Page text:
Study: Virus takes a mental toll on young people

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A FIRST-of-its-kind study, which compared data before and during the COVID-19 pandemic, shows there’s been a spike in severe psychological distress in young Australian adults under 35. 

The ANU analysis tracked 3155 Australians and found that the proportion of 18 to 24-year-olds experiencing severe psychological distress increased from 14 per cent in February 2017 to 22.3 per cent in April 2020.

Severe distress for adults aged 25-34 years old climbed from 11.5 per cent to 18.0 per cent.

“Young Australians aged 18 to 24 and those aged 25 to 34 are significantly worse off in terms of mental health than those who are older,” says associate Prof Ben Edwards, from the ANU Centre for Social Research and Methods.

Associate Prof Ben Edwards.

The survey also showed people in the US had higher levels of psychological distress than in Australia, however, younger Australian adults had similar distress to Americans the same age.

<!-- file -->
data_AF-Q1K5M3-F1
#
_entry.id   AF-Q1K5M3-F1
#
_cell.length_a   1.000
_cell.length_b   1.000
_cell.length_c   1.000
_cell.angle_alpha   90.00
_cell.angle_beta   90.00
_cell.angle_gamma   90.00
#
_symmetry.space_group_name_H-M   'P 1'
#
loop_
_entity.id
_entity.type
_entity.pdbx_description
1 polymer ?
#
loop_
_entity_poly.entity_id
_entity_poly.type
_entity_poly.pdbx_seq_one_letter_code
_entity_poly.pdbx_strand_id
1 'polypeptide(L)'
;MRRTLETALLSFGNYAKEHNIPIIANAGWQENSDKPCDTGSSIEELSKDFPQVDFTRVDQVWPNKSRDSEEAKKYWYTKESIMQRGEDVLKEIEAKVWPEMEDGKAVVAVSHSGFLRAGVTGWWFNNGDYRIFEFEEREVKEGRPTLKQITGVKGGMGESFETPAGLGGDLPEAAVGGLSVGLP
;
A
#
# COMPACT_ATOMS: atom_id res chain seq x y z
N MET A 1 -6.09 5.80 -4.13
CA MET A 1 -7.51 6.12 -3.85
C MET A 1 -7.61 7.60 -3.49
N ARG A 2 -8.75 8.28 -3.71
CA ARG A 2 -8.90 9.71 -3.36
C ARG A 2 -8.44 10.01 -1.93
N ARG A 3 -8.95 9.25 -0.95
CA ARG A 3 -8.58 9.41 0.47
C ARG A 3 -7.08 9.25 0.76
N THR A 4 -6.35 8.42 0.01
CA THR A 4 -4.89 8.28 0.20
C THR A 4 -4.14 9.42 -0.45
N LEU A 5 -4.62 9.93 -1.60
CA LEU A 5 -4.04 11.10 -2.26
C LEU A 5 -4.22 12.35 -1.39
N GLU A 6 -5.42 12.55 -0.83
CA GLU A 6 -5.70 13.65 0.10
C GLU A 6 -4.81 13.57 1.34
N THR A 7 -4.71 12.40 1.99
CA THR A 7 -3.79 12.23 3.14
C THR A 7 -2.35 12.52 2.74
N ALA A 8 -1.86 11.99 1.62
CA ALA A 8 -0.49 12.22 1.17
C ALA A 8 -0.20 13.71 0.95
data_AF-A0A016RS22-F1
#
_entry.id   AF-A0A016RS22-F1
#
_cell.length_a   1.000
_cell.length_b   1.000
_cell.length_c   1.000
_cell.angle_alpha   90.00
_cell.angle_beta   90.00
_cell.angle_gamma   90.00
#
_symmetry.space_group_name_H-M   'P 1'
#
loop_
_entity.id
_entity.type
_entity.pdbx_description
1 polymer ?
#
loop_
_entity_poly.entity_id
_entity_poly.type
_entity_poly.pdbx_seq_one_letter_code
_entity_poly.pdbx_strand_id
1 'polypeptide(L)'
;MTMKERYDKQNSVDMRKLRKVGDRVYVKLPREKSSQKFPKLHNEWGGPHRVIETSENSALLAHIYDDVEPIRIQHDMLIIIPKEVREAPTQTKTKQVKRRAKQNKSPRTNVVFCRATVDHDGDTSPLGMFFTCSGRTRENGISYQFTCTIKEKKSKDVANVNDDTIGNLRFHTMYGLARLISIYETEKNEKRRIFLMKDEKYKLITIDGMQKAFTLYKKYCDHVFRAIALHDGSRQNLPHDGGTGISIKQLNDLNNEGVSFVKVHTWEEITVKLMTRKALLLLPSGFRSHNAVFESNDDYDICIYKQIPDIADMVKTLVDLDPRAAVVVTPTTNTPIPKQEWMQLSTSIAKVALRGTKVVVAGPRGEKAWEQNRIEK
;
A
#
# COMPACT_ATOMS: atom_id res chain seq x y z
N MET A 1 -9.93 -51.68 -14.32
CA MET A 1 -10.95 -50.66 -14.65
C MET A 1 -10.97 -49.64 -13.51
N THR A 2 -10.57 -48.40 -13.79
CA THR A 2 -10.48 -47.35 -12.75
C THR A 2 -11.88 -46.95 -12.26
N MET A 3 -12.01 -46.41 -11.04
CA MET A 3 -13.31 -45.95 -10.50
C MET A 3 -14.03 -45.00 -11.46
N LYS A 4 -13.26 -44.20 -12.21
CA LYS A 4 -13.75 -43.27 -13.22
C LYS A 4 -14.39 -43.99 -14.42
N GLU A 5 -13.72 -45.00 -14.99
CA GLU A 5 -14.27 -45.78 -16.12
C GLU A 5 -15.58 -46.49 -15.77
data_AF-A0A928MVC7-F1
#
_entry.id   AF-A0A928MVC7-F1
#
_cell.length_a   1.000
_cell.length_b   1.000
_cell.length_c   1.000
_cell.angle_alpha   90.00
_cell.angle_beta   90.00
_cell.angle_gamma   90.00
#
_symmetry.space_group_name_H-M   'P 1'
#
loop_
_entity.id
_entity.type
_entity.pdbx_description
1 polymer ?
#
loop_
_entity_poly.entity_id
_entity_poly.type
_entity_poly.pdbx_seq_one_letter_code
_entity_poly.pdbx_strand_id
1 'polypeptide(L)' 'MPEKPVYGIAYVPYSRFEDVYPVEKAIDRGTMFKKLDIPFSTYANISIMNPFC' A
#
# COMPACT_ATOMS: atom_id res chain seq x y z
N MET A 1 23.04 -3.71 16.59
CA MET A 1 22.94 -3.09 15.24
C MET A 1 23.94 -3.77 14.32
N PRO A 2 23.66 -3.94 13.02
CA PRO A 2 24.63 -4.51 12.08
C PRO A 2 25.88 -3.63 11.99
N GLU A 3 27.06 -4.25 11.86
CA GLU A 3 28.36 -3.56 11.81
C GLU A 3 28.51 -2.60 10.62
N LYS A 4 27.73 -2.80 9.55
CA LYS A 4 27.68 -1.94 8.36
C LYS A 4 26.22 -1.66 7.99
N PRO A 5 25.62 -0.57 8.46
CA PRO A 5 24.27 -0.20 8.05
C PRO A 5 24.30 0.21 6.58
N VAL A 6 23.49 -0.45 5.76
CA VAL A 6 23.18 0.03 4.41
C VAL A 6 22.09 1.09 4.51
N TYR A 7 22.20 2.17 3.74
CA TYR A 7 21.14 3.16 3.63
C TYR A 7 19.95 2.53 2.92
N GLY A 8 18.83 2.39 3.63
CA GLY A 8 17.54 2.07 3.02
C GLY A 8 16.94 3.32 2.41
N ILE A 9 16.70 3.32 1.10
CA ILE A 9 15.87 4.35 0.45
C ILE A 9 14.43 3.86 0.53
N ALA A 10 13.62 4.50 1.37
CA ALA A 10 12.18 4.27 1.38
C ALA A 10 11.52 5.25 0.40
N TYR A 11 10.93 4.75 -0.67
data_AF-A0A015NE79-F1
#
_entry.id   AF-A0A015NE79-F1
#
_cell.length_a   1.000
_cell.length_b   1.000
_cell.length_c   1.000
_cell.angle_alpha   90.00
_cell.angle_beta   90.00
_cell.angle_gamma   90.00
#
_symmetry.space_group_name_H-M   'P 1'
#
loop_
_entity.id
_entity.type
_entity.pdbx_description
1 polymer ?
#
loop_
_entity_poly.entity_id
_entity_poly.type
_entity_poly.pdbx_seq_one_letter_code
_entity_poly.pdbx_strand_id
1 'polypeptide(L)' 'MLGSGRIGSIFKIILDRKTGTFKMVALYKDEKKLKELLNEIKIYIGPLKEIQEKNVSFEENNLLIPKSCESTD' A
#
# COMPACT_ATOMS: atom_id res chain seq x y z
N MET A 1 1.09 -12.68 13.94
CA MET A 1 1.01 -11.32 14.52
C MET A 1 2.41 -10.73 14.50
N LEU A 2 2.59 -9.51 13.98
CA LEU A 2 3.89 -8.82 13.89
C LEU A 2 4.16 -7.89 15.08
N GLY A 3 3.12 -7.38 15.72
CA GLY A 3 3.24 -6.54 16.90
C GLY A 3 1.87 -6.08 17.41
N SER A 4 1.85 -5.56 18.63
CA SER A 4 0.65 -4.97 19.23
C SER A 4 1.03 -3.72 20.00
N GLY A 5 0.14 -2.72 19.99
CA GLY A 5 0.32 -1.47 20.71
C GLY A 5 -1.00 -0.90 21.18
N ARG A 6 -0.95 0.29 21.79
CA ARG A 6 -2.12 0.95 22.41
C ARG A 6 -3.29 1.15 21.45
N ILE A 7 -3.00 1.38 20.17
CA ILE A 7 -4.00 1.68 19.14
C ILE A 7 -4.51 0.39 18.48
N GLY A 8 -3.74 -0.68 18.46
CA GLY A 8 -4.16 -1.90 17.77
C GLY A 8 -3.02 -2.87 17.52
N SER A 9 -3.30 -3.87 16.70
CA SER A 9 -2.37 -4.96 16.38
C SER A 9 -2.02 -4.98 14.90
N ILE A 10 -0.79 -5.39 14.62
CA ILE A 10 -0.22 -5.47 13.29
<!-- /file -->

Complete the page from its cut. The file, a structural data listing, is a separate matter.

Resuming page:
“While the benefits of social distancing and lockdown have been largely to do with physical health, the downside has been the impacts on young people’s mental health,” associate Prof Edwards says.

“Reductions in employment opportunities are having a significant impact on Millennials and Generation Z. They don’t have the kind of financial buffer older Australians have.

“This will have a long-lasting impact on young people’s lives. We need to consider what we can do to address the needs of our youth.”

But, the study does show that Australians are more hopeful about the future than people living in America.

In Australia, 59 per cent of people reported being very hopeful compared to 52 per cent in the US.

“Almost two-thirds of Australians say they feel hopeful about the future at least three to four days of the week,” associate Prof Edward says.

“Feeling hopeful can soften some negative mental health impacts.”

The survey’s findings are available online.

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